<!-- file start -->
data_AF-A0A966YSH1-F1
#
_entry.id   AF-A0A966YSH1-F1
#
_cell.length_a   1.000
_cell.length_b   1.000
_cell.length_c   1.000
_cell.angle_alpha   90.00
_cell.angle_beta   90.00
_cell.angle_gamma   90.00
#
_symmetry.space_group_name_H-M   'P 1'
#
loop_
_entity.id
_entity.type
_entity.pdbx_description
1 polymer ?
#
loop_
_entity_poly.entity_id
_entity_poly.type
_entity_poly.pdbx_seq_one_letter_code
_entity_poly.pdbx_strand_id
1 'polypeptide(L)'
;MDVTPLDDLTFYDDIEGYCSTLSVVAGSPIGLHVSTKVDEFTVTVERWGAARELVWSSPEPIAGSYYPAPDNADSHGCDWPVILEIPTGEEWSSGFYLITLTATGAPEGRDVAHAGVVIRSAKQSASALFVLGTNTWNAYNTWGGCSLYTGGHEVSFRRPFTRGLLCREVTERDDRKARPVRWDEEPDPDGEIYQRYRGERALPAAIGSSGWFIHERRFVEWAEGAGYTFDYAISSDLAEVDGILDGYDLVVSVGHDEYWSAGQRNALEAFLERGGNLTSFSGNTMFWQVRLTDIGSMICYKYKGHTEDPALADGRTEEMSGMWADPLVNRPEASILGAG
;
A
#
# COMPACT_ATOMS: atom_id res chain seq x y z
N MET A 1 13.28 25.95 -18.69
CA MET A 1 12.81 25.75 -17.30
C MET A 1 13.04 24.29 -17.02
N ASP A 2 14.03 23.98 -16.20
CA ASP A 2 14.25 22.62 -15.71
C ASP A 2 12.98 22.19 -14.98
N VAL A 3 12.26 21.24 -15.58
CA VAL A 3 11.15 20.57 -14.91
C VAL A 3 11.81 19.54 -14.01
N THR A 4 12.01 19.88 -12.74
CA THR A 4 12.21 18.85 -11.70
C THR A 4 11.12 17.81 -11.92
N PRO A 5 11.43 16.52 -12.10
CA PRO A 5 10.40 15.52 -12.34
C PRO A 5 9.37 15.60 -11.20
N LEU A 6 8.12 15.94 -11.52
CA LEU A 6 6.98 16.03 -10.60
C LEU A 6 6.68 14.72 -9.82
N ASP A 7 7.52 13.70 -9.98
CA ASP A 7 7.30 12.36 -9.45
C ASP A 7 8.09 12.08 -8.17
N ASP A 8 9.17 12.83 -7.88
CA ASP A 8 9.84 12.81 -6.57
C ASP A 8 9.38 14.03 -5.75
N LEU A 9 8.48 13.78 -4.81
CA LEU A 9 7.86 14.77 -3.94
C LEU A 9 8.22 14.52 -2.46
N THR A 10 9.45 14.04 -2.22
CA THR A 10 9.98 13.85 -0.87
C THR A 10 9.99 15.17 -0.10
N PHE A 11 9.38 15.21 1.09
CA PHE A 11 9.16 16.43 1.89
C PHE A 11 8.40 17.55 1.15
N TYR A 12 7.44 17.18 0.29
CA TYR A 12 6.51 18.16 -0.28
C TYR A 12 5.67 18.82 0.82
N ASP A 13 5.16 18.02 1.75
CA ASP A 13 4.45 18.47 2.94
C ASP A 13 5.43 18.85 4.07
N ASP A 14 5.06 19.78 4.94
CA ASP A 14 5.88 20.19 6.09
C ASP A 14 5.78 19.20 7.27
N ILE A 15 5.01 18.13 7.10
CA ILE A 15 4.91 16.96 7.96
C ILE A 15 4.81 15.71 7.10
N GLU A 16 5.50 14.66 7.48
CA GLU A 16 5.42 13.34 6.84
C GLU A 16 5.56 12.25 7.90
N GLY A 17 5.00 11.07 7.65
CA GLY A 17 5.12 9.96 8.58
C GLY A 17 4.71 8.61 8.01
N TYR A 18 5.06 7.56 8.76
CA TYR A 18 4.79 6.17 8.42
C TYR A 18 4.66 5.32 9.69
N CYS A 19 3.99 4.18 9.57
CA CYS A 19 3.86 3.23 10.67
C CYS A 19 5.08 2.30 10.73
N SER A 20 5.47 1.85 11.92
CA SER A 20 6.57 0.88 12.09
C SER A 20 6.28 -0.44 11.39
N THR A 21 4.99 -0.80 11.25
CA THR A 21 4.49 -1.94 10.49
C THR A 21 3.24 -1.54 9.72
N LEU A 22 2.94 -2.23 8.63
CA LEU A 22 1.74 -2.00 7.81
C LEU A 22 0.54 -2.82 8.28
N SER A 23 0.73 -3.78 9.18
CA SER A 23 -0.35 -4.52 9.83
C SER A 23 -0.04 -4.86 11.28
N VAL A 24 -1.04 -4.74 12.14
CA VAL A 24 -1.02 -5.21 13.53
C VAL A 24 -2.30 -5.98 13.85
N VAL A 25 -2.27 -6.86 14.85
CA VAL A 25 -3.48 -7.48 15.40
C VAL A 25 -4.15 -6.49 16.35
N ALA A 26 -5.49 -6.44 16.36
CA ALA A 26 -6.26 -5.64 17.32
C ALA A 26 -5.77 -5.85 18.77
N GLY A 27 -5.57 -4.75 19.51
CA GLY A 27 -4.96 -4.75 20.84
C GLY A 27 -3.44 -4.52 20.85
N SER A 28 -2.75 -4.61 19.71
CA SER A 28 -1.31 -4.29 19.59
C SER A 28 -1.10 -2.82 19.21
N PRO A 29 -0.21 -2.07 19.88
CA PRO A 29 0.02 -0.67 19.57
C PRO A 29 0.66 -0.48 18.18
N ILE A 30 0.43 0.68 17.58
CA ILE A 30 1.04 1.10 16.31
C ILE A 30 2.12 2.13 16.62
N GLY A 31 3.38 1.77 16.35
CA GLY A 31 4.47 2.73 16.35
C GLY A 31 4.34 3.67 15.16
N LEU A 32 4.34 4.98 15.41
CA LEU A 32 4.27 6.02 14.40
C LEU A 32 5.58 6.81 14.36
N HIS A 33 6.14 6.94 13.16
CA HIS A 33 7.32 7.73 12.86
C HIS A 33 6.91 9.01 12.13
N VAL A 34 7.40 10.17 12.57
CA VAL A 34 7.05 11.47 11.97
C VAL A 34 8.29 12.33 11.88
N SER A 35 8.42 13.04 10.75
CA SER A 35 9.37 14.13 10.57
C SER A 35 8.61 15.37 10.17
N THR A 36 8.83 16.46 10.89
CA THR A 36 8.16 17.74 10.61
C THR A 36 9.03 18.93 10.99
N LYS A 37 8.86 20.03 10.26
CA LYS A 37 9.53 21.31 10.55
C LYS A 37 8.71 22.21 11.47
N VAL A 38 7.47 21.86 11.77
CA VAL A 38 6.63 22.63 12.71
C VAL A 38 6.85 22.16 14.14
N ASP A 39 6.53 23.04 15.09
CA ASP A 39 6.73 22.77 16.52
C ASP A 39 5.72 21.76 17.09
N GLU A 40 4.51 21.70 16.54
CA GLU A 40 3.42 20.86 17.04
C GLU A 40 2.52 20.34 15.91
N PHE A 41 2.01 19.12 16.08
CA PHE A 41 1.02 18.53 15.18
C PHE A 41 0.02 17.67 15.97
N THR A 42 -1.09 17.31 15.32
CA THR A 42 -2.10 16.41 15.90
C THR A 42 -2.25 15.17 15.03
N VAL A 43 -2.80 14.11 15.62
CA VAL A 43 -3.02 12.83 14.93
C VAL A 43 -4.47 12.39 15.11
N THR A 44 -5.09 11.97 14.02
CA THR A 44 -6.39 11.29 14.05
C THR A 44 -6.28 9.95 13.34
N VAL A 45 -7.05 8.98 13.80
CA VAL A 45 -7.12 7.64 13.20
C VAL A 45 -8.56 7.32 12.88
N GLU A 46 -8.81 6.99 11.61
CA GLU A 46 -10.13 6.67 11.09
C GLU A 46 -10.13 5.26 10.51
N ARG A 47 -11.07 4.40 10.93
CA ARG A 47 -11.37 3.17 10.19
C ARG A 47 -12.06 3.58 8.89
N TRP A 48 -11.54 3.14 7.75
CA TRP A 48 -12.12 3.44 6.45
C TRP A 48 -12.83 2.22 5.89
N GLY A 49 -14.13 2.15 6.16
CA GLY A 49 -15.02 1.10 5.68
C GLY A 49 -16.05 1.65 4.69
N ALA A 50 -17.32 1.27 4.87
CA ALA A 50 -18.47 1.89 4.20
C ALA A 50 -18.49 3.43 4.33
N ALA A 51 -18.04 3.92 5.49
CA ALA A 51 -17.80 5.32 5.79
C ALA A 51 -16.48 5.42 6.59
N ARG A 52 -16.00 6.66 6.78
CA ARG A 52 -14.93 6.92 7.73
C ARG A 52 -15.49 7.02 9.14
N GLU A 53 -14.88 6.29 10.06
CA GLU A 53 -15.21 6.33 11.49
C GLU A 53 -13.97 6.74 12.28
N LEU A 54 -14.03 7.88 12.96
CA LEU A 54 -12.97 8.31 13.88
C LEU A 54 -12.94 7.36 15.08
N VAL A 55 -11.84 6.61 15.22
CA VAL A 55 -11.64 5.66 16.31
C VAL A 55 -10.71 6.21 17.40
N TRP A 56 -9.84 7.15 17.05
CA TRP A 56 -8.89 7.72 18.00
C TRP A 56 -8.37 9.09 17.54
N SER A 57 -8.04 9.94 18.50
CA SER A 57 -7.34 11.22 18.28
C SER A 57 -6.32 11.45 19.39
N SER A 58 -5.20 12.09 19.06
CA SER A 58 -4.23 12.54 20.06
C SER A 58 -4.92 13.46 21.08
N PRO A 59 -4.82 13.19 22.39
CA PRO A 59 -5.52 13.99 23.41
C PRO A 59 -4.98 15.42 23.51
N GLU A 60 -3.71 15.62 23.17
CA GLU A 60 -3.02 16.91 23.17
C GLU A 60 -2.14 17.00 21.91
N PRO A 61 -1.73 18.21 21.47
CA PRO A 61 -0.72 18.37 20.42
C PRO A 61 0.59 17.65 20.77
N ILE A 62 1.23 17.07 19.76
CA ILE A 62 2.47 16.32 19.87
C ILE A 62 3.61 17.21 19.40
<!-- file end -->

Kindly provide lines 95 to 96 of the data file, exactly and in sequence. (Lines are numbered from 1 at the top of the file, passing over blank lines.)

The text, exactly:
CA LEU A 22 1.74 -2.00 7.81
C LEU A 22 0.54 -2.82 8.28